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The new MLS rules and roster regulations and how they affect you

The single biggest change is in the playoffs where two-legged series now use away goals as the first tiebreaker.

This lucky fan got an autographed version of the MLS roster rules and regulations!
This lucky fan got an autographed version of the MLS roster rules and regulations!
Joe Nicholson-USA TODAY Sports

As happens basically every year, MLS tweaked a few of their rules and roster regulations ahead of the 2014 season. There's nothing in there that's too earth-shattering, but there are lots of little things that start to add up. If you want a complete rundown of all the changes, I highly recommend reading Josh Mayers' post at the Seattle Times.

I'm not going to do anything as thorough as Josh, so you should probably read him if you're really interested in the nitty-gritty details but don't feel like actually reading the rules yourself. That said, we talk about this stuff so often here, I figured we shouldn't just assume that you've already read Josh. More importantly, I wanted to make sure our readers had access to those rules and regulations (they are linked in the subject headers below).

Competition rules

The single biggest change is that all two-legged playoff series will now use the away-goal rule as the first tiebreaker. Anyone who follows soccer anywhere should be familiar with this rule, which basically means that if two teams are tied on aggregate goals at the end of regulation, the team who scored more goals on their away leg is the winner without having the play overtime. If the two teams do get to overtime, away-goals are no longer in effect.

This is colloquially referred to as "away goals counting double", but that's just a stupid thing that people say because they once heard someone with an accent say it. If you lose 4-2 on the road, for instance, the score is not effectively tied.

As someone who's never really been a fan of using the two-legged format in the MLS playoffs, I think this is a step in the wrong direction. Home-field advantage is already nearly nonexistent and by further reducing the chance of overtime, this removes even more of it.

The other notable rules change is in regards to tiebreakers in the standings. Wins are still the first tiebreaker, but goal-difference has been moved up to second. This is a change for the better, although I'd probably just prefer that GD was No. 1. Back in 2012, as you may remember, goals scored were the No. 1 tiebreaker. After that was roundly criticized, goals were moved to the second tiebreaker after wins in 2013. Now goals scored is down to No. 3, which is just fine.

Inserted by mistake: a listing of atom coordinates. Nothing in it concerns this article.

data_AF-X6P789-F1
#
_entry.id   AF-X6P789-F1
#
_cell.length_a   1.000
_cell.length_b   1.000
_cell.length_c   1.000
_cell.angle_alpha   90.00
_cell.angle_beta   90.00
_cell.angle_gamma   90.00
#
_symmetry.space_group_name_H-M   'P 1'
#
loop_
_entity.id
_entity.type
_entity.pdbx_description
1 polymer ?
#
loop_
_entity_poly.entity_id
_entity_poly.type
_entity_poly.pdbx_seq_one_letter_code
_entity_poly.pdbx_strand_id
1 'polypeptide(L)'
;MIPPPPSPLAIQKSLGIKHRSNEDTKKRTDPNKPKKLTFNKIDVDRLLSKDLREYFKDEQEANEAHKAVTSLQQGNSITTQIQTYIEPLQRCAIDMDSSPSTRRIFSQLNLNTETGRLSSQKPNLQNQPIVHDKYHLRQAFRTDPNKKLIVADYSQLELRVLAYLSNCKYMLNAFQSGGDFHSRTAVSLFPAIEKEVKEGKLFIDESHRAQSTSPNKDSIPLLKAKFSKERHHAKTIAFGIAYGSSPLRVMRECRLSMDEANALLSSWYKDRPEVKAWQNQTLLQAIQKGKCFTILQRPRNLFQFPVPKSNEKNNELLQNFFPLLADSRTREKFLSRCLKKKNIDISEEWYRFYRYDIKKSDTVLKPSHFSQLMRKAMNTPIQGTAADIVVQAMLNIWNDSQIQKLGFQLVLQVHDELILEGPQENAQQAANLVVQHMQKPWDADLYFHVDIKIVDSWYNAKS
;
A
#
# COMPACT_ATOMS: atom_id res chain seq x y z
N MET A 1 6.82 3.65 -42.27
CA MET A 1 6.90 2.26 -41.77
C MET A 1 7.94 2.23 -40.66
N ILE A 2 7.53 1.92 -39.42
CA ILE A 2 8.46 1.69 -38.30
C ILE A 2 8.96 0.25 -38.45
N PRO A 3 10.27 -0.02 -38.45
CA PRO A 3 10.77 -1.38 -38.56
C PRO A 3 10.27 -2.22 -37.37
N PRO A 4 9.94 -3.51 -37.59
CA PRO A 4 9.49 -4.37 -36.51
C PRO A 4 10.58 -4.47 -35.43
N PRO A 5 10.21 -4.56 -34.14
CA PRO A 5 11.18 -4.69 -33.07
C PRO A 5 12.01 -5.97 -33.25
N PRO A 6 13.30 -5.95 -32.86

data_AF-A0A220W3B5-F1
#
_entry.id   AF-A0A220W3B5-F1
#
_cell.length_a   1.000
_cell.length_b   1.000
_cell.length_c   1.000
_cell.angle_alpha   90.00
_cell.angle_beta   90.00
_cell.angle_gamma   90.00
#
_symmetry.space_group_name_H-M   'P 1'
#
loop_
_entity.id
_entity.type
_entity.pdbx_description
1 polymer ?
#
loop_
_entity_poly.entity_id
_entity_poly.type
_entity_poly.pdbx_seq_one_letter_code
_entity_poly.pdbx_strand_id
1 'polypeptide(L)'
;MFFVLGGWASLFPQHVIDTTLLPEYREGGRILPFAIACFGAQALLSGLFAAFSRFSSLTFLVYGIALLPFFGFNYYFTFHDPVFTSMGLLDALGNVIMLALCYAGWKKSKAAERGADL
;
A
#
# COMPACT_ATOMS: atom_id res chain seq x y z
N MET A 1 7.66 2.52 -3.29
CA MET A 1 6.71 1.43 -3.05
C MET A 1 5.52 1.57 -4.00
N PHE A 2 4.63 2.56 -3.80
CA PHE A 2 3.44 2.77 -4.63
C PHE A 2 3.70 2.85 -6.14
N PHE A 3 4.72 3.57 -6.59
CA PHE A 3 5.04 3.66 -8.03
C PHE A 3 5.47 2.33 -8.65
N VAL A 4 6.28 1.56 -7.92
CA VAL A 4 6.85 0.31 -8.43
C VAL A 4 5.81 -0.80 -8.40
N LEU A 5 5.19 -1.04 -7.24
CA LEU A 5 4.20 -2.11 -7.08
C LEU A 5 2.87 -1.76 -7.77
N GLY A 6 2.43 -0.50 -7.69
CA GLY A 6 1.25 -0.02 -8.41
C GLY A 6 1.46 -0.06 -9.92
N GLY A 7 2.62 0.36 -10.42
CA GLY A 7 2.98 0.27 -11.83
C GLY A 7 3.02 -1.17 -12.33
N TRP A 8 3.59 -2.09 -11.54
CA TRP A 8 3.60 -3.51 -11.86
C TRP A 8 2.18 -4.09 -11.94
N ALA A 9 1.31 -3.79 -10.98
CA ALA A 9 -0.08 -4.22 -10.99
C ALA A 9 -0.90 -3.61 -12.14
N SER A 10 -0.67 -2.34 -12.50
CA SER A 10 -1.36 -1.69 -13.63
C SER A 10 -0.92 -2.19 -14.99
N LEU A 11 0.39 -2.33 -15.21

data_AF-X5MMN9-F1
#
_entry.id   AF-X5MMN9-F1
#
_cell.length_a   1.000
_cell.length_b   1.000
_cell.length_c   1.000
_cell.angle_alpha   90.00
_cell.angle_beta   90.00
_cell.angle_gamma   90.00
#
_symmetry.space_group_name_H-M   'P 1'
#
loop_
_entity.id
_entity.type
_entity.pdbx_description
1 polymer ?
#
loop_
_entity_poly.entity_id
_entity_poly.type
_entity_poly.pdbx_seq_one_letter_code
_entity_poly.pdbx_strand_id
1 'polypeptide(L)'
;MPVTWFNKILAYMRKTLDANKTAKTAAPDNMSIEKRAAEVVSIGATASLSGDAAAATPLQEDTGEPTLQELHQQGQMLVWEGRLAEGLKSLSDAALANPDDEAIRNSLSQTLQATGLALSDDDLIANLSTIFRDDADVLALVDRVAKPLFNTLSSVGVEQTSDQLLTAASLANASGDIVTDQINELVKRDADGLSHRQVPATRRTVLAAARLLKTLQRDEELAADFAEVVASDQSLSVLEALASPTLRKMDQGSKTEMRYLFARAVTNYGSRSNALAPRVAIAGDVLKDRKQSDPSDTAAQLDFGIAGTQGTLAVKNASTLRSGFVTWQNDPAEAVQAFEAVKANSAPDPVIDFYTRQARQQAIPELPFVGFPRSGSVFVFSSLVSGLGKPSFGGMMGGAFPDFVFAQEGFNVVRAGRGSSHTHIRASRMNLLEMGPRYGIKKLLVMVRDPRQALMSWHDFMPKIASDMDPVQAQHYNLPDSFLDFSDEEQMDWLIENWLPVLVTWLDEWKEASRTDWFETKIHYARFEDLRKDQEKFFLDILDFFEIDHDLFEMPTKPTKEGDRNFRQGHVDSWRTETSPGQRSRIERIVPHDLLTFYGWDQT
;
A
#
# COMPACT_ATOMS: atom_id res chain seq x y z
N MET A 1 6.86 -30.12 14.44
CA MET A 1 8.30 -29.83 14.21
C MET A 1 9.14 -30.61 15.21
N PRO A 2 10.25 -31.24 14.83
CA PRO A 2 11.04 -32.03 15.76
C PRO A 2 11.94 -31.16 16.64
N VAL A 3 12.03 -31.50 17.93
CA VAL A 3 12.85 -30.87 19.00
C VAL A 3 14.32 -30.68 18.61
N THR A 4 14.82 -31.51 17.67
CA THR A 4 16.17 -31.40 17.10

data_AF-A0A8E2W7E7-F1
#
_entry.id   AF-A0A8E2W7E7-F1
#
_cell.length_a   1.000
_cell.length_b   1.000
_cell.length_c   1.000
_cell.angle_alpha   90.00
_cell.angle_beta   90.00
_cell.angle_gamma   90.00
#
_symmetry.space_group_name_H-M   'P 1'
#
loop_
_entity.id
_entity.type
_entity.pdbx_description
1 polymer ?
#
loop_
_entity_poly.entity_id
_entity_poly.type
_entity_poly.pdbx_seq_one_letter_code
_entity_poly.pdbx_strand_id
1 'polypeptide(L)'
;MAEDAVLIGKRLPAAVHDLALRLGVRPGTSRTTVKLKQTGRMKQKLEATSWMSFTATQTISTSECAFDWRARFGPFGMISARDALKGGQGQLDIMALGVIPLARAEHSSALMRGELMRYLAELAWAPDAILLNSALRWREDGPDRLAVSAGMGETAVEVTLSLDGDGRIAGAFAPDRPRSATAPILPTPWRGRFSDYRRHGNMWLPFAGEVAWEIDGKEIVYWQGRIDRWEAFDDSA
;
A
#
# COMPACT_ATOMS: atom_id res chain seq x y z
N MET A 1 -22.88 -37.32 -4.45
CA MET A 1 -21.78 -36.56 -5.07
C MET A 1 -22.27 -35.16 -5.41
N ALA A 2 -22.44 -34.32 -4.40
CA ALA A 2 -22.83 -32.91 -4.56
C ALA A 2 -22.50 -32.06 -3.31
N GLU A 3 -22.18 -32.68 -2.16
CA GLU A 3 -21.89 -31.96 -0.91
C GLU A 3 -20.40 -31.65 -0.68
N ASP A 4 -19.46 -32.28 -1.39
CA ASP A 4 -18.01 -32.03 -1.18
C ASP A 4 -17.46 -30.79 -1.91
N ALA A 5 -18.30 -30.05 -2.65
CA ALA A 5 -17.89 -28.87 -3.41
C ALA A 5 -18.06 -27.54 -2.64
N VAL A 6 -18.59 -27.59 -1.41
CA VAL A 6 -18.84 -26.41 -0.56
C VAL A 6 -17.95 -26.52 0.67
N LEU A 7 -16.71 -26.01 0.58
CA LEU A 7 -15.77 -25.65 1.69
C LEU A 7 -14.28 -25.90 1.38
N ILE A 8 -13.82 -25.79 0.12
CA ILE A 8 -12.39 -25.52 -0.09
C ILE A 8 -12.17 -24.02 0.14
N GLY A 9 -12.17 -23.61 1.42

1. Total number of wins
2. Goal Differential (GD)
3. Goals For (GF)
4. Fewest Disciplinary Points
5. Road Goals Differential
6. Road Goal For
7. Home Goals Differential
8. Home Goal For
9. Coin Toss (2 clubs) or Drawing of Lots (3 or more)

Roster rules

There were a bunch of little changes in this area, and again I'd really suggest you read Josh for the full breakdown. Most of them have to do with slight changes to the salary structure. Per the CBA, the salary budget is now $3.1 million, the minimum salary for league veterans is up to $48,500 and no one is making less than $36,500. Designated Players now count no more than $387,500 against the budget. They count $193,750 if they join at midseason. Youth DPs ($200,00 for ones 21-23 years old and $150,000 for those 20 years old or younger) remain the same and don't change if signed at midseason.

Most of this simply tracks with the 5 percent CBA-mandated raises.

The primary transfer window has been pushed back about a week to May 12 and the secondary window runs from July 8 to Aug. 6. Only players who are under contract in a foreign league are subject to the transfer window status. Rosters must be finalized on Sept. 15.

The only other really noteworthy change is in the "clarification" of how the Allocation Ranking applies to Designated Players. I put quotes around that for a reason, as this is the wording: "Designated Players of a certain threshold - as determined by the League - are not subject to allocation ranking." In other words, the league is just telling us that they will decide when it applies and when it doesn't. So deal, I guess.

Obviously, all of this still leaves a lot of room for clarification. I'll give the league credit for at least getting this out before the start of the season, but there are some gray areas so opaque as to basically be worthless. Certainly all part of a growing league, but not something we necessarily need to like.

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